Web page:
Here, thanks to Professor Bill Ross of Mathematics, we have a noun and verb (no variation in forms, there) apt for this time of the semester. Whatever you students (and faculty) do, now is not the time to dilly-dally.
The OED hyphenates our term, and the entry notes how similar terms, like zig-zag or shilly-shally, all express “a see-saw action.” In our case, the vacillation is between acting or not acting. The word is old, with recorded uses going back to the novel Pamela in 1740. No etymology appears at the OED. Certainly other terms for this back-and-forth exist. Send them my way.
There’s nuance in dilly-dally. This type of indecision does not necessarily stop us in our tracks, nor is it quite equal to being a slow-poke; a minor Tolkien character calls his helper a “slowcoach” in The Fellowship of the Ring. More is at stake than taking one’s time. I suppose a dilly-dallier could be purposeful, in order to come to a decision, or simply plodding. Others seem to make that call. The person dilly-dallying may not even know it.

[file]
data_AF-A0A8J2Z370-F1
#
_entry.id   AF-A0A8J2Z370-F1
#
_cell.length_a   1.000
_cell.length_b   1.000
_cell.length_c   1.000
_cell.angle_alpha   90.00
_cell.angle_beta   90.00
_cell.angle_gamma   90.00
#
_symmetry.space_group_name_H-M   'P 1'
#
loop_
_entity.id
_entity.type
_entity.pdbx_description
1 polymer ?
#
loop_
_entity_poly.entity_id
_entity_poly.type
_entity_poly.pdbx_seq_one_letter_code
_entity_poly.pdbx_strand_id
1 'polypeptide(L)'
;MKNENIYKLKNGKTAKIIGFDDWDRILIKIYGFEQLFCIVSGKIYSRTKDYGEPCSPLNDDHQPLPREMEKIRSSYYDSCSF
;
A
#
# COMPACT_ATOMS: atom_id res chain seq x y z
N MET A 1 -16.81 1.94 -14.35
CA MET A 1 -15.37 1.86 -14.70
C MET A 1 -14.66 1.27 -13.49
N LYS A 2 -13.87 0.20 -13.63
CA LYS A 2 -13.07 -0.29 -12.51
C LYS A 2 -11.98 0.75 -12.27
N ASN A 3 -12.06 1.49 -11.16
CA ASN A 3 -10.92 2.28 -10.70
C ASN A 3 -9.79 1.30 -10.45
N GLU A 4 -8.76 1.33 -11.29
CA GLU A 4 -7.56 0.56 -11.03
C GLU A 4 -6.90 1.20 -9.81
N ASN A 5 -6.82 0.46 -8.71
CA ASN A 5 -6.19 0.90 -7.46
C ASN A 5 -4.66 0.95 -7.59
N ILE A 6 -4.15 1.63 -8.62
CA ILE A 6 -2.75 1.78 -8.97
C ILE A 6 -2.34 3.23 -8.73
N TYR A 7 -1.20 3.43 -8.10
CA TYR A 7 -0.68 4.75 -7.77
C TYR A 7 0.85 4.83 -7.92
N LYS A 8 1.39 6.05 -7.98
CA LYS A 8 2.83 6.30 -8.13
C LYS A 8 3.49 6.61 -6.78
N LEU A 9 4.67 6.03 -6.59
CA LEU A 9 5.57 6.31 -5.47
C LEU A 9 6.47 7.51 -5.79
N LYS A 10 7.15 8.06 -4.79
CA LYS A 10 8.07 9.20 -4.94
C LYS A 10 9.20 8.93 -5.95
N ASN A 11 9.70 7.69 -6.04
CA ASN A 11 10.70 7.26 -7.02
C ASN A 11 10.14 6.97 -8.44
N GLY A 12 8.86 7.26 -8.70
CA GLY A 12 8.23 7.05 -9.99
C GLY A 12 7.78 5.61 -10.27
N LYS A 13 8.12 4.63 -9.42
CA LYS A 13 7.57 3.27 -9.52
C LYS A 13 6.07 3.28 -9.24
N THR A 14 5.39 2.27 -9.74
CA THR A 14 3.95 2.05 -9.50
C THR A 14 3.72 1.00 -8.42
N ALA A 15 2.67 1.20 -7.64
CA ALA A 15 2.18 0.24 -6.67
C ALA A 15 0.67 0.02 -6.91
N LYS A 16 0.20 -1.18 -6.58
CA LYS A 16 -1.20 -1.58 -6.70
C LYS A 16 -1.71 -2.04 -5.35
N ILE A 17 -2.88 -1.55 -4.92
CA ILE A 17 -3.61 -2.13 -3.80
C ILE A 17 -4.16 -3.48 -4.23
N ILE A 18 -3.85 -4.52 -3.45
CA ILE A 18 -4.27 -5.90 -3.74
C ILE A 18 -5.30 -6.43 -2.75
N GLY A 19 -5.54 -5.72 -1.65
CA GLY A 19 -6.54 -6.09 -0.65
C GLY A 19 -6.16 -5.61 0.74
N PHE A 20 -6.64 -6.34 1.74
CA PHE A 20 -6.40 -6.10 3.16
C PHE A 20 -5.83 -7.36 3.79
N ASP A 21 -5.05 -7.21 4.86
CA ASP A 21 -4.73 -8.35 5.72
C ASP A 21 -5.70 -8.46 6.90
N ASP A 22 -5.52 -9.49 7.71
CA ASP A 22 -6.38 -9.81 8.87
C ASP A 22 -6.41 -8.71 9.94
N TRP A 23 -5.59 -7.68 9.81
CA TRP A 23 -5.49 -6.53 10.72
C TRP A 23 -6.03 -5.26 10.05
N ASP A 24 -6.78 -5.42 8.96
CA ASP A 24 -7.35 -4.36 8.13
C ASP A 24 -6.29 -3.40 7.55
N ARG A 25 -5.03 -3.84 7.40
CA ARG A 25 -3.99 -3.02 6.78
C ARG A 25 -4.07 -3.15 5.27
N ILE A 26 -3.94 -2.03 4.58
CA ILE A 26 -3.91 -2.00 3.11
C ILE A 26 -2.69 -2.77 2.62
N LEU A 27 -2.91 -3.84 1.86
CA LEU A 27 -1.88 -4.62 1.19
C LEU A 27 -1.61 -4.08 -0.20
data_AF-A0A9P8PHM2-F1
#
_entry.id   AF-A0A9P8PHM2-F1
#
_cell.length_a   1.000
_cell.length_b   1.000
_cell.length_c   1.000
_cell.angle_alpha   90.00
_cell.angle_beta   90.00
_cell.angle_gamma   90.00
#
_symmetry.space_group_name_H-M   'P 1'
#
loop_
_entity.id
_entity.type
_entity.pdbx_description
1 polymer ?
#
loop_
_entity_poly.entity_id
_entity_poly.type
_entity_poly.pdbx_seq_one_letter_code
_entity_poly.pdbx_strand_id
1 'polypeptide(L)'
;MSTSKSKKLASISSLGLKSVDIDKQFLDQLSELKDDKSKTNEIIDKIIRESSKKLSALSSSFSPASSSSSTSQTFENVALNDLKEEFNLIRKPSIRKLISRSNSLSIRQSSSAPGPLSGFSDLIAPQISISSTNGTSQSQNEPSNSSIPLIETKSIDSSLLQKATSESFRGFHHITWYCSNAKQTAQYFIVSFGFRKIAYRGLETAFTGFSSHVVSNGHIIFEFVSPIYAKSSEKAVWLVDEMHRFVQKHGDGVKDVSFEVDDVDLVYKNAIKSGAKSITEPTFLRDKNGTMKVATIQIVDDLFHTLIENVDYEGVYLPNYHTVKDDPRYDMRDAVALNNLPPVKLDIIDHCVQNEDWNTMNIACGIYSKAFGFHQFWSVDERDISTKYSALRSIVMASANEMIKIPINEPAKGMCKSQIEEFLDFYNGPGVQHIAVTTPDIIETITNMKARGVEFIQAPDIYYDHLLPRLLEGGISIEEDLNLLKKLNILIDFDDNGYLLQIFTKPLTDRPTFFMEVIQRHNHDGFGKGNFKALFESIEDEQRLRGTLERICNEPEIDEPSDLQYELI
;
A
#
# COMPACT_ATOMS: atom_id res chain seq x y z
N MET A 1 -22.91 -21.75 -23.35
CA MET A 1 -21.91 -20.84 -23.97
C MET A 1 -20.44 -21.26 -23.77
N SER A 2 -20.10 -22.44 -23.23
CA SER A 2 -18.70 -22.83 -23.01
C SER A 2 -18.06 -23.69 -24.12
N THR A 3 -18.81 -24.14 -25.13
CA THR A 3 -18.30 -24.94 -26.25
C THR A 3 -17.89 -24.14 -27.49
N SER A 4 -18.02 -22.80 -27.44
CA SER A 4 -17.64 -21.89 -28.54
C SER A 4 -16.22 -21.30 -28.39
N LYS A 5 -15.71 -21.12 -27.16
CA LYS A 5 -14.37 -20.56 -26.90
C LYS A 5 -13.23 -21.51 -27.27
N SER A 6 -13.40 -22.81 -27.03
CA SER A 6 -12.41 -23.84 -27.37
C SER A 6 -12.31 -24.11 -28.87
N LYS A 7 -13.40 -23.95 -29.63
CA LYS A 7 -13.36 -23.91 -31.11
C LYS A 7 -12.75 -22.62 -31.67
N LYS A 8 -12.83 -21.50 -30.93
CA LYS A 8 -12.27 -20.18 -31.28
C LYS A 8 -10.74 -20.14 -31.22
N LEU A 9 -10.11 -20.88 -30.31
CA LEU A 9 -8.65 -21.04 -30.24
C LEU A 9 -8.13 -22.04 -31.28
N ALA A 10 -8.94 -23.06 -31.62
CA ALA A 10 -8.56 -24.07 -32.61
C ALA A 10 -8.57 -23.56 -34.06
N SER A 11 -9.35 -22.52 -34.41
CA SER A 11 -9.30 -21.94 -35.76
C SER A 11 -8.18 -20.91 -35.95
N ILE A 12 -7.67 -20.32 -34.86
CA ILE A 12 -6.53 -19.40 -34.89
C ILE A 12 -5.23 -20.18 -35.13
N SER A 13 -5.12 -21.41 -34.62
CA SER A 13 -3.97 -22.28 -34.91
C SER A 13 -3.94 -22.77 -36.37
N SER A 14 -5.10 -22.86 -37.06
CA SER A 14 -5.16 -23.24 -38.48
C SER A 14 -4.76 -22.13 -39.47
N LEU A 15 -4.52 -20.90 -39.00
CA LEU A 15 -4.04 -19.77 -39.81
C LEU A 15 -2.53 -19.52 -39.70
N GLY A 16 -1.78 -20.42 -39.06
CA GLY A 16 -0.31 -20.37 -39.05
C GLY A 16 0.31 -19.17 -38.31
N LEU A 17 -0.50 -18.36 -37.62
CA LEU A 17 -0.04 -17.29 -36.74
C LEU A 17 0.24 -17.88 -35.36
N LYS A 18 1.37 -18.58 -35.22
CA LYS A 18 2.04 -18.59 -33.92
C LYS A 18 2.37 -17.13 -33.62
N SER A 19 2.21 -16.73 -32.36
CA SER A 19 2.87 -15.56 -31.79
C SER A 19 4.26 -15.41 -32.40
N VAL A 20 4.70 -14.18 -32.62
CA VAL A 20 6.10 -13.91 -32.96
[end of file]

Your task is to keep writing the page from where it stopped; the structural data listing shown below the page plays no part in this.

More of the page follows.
I would say more to you dilly-dallies (a rather rare nominal plural) but we need to get busy! To work!
Please send us words and metaphors useful in academic writing by e-mailing me (jessid -at- richmond -dot- edu) or leaving a comment below.
image courtesy of Needpix.